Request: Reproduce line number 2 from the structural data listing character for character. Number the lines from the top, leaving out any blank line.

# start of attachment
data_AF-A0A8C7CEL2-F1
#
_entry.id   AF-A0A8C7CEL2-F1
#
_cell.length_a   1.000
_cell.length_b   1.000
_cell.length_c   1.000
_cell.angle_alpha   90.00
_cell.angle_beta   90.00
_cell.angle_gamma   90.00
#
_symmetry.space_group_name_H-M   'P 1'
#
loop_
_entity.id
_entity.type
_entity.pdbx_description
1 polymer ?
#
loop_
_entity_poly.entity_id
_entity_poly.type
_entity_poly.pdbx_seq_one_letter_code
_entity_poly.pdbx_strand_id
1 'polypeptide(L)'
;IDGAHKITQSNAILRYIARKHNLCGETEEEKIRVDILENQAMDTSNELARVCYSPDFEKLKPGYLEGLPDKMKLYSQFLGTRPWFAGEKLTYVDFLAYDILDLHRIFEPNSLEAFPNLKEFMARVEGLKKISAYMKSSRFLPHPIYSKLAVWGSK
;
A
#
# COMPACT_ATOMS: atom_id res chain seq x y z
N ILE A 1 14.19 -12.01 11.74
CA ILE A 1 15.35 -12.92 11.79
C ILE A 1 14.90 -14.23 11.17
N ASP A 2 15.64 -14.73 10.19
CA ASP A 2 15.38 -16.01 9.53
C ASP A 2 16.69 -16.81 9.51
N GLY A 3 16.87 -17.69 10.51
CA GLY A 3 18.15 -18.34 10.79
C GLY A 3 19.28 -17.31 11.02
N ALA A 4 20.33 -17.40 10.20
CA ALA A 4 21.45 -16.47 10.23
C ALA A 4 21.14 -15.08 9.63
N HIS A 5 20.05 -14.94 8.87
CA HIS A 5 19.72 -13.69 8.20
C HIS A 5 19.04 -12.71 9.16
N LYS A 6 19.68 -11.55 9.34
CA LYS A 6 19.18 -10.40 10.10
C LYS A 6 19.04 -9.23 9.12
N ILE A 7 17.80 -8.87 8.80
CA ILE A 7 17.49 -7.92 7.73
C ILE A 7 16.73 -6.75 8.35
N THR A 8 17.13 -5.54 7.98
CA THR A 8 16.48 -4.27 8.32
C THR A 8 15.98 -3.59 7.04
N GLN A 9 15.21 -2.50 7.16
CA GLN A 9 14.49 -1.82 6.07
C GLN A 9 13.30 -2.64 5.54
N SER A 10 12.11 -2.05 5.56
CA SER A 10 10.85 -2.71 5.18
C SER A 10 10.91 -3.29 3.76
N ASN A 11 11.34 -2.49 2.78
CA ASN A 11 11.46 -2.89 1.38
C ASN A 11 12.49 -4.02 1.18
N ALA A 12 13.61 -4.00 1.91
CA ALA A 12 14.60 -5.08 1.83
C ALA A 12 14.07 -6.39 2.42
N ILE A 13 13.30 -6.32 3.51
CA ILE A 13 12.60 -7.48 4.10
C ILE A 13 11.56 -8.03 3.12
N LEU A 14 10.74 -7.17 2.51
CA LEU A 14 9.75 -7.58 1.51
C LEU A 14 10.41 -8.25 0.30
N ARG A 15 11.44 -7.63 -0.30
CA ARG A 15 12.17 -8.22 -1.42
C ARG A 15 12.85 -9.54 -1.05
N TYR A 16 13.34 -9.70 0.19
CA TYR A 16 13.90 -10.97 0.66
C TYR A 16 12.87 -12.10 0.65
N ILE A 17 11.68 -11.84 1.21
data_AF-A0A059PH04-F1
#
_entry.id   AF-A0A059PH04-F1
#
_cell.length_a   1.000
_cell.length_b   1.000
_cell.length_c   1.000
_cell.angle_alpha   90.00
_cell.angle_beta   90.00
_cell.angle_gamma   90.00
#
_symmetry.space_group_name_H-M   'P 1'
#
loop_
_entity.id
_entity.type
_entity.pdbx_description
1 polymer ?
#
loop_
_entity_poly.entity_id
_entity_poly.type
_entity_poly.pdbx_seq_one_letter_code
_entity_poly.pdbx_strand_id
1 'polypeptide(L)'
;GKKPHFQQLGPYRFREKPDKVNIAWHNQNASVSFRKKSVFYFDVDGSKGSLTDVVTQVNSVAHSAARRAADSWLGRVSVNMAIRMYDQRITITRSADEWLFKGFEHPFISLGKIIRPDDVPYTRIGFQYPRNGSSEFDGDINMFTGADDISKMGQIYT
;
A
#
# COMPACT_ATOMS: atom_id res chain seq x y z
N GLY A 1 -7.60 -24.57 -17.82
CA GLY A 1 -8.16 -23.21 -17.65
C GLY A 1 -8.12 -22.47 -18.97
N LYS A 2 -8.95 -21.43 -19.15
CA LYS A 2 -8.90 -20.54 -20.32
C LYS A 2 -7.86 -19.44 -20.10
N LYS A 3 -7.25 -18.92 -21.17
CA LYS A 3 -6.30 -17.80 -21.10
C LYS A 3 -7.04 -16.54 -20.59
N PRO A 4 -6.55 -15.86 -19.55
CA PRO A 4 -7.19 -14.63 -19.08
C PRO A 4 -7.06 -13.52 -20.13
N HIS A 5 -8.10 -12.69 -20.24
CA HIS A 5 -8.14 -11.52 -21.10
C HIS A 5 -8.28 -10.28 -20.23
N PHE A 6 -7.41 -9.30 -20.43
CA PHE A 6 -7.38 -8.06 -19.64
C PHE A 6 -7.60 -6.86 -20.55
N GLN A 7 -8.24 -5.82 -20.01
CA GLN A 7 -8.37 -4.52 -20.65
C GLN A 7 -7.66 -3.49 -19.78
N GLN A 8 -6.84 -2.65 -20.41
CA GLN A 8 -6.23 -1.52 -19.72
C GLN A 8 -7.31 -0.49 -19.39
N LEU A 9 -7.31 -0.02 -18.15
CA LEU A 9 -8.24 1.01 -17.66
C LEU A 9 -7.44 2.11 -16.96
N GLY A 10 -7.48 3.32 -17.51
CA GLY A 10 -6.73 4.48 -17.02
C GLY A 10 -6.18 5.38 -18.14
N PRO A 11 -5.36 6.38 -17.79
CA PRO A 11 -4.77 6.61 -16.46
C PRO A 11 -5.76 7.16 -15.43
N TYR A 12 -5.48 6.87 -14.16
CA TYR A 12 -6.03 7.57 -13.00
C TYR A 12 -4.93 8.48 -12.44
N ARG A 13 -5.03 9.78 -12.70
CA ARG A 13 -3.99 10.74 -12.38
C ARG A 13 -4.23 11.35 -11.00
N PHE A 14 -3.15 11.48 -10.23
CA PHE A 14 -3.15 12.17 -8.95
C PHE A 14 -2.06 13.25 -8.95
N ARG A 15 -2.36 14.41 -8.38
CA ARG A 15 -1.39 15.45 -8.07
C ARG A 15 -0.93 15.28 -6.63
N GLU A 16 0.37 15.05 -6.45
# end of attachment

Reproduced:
#